Rakta

Reviews

Deafkids / Rakta Live at SESC Pompéia LP

The evolution of São Paulo’s RAKTA and Rio’s DEAFKIDS from, respectively, gothic post-punx and a solo crust project into their recent psych-freak heights has been hugely satisfying to witness, and also seemed to bring the two groups into each other’s orbit. Witnessed them both smash it live when they toured Europe together in 2019, including a decent chunk of RAKTA’s set which in fact saw both bands onstage—bringing us to this album, recorded live in São Paulo a little later in the year with all six members performing as a singular noise unit. You get two songs each from the most recent RAKTA and DEAFKIDS albums, plus both sides of the collaborative 7” they made for that tour, and not only is it a spot-on recording, for the most part it sounds notably different—jammier, trippier, wormholier—to the studio versions. In this, Sesc Pompéia gets past the common problem of complete pointlessness associated with live albums. The presence of two drummers is key, helping to make RAKTA’s “Miragem” into a major Krautrock rave-up, and the rendition of “Espirais Da Loucura” by DEAFKIDS that closes this LP gets on a buckwild cosmic jazz tip.

Rakta Falha Comum LP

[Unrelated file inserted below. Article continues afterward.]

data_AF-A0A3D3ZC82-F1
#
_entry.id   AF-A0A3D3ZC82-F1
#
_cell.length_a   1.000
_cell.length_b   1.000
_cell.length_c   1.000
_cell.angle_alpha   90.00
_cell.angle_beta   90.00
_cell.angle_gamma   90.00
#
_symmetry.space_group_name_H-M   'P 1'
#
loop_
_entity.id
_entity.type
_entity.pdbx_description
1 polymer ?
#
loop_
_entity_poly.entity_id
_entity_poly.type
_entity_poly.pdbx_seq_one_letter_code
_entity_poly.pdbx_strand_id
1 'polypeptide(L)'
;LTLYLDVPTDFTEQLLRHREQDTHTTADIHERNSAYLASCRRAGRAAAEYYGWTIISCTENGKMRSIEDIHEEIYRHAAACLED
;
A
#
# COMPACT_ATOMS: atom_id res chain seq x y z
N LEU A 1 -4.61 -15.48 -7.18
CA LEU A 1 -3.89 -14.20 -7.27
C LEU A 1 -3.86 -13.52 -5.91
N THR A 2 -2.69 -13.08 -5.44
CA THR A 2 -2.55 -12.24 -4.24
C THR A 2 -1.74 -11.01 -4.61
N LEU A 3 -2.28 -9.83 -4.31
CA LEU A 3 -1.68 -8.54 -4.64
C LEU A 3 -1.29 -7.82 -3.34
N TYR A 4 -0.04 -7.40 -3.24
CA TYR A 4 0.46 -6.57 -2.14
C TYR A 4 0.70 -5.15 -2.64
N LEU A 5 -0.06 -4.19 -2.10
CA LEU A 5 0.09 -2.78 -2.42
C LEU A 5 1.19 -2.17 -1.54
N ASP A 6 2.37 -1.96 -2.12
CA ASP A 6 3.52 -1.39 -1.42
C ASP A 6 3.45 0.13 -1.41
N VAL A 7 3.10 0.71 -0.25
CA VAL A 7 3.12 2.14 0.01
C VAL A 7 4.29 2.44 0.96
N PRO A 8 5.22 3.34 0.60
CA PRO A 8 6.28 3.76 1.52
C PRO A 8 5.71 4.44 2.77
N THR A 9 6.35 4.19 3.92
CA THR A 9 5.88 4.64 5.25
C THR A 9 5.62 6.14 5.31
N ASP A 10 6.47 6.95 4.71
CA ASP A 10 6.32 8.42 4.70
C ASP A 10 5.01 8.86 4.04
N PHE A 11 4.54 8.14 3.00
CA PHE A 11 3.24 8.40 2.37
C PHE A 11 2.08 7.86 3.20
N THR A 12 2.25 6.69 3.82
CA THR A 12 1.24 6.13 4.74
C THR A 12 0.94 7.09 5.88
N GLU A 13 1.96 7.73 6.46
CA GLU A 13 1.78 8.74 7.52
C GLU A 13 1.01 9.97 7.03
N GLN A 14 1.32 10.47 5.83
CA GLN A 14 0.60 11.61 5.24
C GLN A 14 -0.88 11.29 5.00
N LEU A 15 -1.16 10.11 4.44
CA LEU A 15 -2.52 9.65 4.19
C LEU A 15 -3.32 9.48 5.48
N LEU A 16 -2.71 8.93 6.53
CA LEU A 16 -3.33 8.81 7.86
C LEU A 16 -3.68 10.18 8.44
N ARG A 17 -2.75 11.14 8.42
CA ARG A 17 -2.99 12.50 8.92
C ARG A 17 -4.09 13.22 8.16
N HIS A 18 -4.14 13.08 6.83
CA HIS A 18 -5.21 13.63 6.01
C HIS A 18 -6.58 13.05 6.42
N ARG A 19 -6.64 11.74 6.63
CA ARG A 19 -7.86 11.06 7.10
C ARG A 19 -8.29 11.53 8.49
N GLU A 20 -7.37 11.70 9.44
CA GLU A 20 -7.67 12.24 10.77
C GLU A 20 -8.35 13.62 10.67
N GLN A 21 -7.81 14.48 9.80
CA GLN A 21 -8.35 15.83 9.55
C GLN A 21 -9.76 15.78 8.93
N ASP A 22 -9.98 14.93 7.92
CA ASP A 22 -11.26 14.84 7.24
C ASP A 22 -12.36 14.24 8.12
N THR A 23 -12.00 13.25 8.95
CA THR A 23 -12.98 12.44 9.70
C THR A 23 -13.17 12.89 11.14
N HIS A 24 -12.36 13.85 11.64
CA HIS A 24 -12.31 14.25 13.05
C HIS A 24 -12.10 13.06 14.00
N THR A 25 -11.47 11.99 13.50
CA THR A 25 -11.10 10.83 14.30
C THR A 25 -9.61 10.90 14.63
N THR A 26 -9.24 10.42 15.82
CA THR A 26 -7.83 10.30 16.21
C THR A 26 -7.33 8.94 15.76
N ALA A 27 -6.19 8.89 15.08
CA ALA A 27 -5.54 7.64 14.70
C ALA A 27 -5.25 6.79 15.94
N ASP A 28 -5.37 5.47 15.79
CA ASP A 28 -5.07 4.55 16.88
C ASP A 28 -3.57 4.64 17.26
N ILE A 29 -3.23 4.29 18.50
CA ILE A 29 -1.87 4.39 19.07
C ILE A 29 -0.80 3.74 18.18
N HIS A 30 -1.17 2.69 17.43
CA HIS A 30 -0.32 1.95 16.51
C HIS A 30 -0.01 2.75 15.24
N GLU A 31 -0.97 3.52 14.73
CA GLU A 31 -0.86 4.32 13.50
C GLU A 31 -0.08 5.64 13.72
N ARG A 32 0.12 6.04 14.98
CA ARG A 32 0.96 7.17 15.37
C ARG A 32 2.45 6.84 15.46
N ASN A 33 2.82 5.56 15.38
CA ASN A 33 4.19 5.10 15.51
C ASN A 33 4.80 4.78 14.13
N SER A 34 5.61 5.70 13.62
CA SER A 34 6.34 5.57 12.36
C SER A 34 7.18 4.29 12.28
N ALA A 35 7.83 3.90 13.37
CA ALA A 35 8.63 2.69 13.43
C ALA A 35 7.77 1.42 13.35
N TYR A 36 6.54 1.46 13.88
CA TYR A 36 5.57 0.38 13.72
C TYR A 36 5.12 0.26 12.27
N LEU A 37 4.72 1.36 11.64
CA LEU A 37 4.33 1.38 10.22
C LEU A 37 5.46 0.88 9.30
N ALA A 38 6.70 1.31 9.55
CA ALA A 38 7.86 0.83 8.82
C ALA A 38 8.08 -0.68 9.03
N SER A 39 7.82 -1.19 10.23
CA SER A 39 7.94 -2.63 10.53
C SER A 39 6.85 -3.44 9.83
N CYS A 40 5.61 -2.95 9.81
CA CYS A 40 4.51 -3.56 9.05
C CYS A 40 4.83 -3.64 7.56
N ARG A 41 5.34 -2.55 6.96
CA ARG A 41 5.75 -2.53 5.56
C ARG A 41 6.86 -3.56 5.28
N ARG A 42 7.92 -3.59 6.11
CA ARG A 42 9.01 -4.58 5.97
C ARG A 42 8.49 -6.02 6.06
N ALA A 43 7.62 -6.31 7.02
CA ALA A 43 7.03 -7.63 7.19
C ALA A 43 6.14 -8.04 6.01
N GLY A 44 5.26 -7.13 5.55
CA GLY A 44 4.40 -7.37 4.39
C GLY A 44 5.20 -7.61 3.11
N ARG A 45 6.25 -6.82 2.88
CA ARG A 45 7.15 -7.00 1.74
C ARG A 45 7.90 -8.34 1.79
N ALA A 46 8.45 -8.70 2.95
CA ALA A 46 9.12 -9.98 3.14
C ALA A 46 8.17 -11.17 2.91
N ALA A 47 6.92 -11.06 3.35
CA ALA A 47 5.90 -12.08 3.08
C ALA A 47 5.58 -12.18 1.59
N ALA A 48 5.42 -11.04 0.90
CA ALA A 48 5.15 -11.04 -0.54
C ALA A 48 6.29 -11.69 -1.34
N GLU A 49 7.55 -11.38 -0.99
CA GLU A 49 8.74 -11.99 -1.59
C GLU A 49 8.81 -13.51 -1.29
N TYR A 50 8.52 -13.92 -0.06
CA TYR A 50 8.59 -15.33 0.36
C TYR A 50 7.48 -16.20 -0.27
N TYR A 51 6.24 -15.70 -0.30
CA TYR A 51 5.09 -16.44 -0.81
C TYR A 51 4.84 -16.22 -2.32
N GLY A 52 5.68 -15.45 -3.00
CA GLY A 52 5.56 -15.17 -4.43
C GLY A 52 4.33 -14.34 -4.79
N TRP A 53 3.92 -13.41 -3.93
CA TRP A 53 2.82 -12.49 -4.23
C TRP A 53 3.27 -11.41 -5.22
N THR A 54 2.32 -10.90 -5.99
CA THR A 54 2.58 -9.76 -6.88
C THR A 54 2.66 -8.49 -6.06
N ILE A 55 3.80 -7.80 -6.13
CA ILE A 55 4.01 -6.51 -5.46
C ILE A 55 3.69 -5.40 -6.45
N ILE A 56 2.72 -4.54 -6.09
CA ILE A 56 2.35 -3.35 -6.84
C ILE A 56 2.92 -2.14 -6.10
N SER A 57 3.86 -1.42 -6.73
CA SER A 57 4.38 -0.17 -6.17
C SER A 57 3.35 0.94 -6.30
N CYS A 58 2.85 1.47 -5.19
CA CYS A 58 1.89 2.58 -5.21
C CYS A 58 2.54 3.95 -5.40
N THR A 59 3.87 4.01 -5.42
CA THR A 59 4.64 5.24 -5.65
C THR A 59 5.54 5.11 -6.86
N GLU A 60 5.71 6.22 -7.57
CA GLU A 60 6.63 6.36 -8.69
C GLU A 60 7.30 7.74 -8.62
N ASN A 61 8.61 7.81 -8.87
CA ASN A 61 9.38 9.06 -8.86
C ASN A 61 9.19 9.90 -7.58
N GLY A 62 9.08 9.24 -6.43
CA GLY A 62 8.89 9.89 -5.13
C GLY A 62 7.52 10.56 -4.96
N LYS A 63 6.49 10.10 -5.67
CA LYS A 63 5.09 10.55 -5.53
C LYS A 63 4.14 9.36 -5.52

RAKTA  seems to be constantly all around the world, dropping new records, changing members along the road while not only maintaining but upgrading their sound. All the events around them did not exhaust but enforced their sound. For proof here is Falha Comum, another LP from one of the hardest working bands in the business. They create an otherworldly environment with multiple layers of spaced-out sounds based on the collision of bass and drums that are primal instruments and electronics that supply the unclassified noise ornaments. Rhythm-centric music covered with alien noises both feels as a ritual and the epiphany itself, thus a whole process that moves you through stations. It travels via a childlike state where due to unfamiliar surroundings and confusing circumstances everything is frightening and enchanting at the same time, but time seems slower due to the eventful ceremony. It works as well as the songs after a point evolve to scenes that blend in to an experience. The spooky, surreal, beautiful atmosphere is almost touchable and through its pigeon holes leaks the haunted, echoed-out howling which reminds us that the environment has been created through people. The density of the record is loading a lot on the listener, yet when it’s over, silence sounds harsh.